to the child or the child’s custodial parent, and

2. has unsupervised visitation with the child;

OR

a certified copy of a Probate Court order allowing the noncustodial parent access to school records and indicating that

1. the Order is made after a review of records of the custody
proceedings and criminal history of the requesting parent if any,

2. provision of the student records will not pose a safety risk
the custodial parent or any child in the custodial parent’s custody, and

3. provision of the student records is in the best interest of the
the child.

and

II. an Affidavit from the noncustodial parent certifying:

1. That the Probate Court order submitted to the School
remains in effect and

2. that no protective order restricting access to the custodial
parent or to any child in the custodial parent’s custody is in effect.

M.G.L. c. 71 section 34H

The pertinent facts are not in dispute. They show substantial compliance with the requirements of M.G.L. c. 71 section 34.H. The non-custodial father initially requested student records from the school by submitting his request along with a court order indicating that his child visitation was not supervised, and a court order granting access to school records, and an Affidavit stating that the submitted court orders were current and no restrictions on access to the student’s records existed. (par. 2) The School alerted the noncustodial father that his submissions did not meet the statutory requirements because they were not certified. The father promptly submitted a certified copy of the Probate Court Order of record access. (par. 4)

The School also promptly notified the mother of the father’s record request and gave her the opportunity to submit additional information bearing on his right of access. There is no evidence that she did so. (par. 3,5) Only after taking all these steps did the School release the Student’s records to the father.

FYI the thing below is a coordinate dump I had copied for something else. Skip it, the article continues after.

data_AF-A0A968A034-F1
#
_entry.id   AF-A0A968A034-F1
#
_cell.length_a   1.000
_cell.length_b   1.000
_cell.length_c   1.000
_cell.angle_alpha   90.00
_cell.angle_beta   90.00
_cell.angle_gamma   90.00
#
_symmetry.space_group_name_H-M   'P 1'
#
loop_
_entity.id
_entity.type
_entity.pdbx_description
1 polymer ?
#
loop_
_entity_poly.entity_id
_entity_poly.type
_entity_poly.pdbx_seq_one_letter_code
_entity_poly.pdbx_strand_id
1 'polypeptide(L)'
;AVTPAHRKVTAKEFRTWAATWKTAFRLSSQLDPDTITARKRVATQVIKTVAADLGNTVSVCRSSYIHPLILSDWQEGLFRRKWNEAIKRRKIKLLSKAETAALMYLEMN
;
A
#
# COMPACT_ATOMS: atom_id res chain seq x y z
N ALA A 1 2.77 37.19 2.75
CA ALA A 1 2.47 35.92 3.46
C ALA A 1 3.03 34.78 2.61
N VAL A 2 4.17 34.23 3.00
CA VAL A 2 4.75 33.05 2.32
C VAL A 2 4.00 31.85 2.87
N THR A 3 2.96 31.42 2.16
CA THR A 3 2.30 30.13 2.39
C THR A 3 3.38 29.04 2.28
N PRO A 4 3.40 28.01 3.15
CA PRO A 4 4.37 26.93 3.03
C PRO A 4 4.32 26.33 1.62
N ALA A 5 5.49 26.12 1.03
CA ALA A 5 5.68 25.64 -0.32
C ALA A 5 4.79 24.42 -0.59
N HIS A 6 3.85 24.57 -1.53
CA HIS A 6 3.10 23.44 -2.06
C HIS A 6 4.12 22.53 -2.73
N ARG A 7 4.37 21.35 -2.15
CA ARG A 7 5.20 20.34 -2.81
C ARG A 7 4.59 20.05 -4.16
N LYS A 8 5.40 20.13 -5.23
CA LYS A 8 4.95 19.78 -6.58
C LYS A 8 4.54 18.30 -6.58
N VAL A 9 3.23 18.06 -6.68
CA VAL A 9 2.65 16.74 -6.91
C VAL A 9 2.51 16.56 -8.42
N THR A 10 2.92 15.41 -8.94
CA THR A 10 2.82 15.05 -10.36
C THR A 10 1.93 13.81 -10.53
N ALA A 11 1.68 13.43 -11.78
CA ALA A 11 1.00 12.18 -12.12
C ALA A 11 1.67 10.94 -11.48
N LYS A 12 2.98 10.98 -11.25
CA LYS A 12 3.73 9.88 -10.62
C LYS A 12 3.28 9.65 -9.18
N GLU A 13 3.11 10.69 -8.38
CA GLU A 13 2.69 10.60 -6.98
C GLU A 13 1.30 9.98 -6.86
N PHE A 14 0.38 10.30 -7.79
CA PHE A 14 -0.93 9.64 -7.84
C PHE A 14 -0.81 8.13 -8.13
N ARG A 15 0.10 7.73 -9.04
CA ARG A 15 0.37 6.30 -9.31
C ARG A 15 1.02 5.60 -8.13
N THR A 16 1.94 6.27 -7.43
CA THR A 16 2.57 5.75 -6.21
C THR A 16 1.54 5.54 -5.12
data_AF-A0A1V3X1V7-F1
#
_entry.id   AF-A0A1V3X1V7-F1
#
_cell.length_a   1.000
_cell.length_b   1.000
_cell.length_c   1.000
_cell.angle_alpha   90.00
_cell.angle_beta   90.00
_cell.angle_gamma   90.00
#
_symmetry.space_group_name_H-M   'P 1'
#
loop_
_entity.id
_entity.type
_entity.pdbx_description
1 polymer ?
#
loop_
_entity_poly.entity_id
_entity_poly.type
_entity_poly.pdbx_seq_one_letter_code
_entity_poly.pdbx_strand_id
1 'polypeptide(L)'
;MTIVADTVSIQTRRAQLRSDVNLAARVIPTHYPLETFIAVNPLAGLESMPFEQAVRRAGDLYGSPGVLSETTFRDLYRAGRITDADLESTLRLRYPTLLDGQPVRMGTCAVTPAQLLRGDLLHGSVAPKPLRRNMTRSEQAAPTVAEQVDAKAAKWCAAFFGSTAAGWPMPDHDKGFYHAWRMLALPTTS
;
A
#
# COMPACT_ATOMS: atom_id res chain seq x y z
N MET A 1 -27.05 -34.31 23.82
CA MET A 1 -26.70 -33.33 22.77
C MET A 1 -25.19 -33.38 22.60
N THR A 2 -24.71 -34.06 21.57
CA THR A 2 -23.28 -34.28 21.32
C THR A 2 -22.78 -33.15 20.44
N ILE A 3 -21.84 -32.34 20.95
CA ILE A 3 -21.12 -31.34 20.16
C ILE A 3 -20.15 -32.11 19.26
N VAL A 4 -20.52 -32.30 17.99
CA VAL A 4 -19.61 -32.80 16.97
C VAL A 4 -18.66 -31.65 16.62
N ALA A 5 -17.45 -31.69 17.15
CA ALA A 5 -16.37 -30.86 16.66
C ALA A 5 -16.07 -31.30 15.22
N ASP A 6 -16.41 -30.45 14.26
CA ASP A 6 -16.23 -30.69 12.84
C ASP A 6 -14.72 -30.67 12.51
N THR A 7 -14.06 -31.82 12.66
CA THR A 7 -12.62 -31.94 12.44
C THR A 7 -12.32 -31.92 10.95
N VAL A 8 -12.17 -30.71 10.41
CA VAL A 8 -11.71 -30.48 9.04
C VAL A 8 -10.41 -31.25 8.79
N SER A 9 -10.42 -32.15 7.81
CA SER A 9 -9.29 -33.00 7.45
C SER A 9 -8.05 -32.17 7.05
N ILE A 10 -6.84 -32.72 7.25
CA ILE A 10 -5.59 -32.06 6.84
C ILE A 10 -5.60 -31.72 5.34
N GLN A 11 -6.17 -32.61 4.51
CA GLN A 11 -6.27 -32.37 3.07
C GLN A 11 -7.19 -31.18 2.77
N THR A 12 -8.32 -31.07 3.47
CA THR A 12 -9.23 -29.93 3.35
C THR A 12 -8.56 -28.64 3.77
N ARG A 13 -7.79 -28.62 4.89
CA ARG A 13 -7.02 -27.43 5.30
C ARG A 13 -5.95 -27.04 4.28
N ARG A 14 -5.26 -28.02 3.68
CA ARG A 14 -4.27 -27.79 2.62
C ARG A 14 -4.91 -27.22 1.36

The mother argues that she could not properly object to the father’s records request because the School failed to send her copies of all the documents he sent to the School in support of the request. This argument has no merit. The School is not obligated under M.G.L. c. 71 Section 34.H to forward supporting documentation to the custodial parent. Further, with the exception of the Affidavit, supporting and opposing documentation would be equally available to both parents, as would access to the Probate Court for clarification of any issues regarding release of student records.

The mother also argues that the School erred in releasing the Student’s records because the father’s request did not meet each technical statutory precondition for release. She seeks a protective order barring the School from releasing any student information to the father until such times as each statutory element has been met. Indeed, the father’s submissions did not strictly comply with the M.G. L. c. 71 Section 34.H criteria. While his supporting documents established that he had unsupervised visitation with the Student, that he had court ordered right of access to the Student’s records, and that both of these conditions were current, there is no reference in any of the documents to a court assessment of the non-custodial parent’s risk to the safety of the Student or the custodial parent. It is that safety factor to which this otherwise neutral record release statute appears to be aimed.

Considering that the father’s submissions in support of his spring, 2002, records request appeared, facially, to be consistent with M.G.L. c. 71 Section 34.H, neither the School nor the mother had legal representation at that time, and there was no showing at the Motion Hearing of any harm as a result of the record release, I decline to find any substantial procedural error requiring relief in this forum. In the future, however, the parties must fulfill all the documentation requirements set out at M.G.L. c. 71 Section 34.H. To the extent that compliance with that statute depends on appropriate review in and language from the Probate Court, disagreements concerning the application of M.G.L. c. 71 Section 34.H should be resolved by that court.

Order

The Parent’s Motion for a Protective Order is GRANTED prospectively.

Lindsay Byrne, Hearing Officer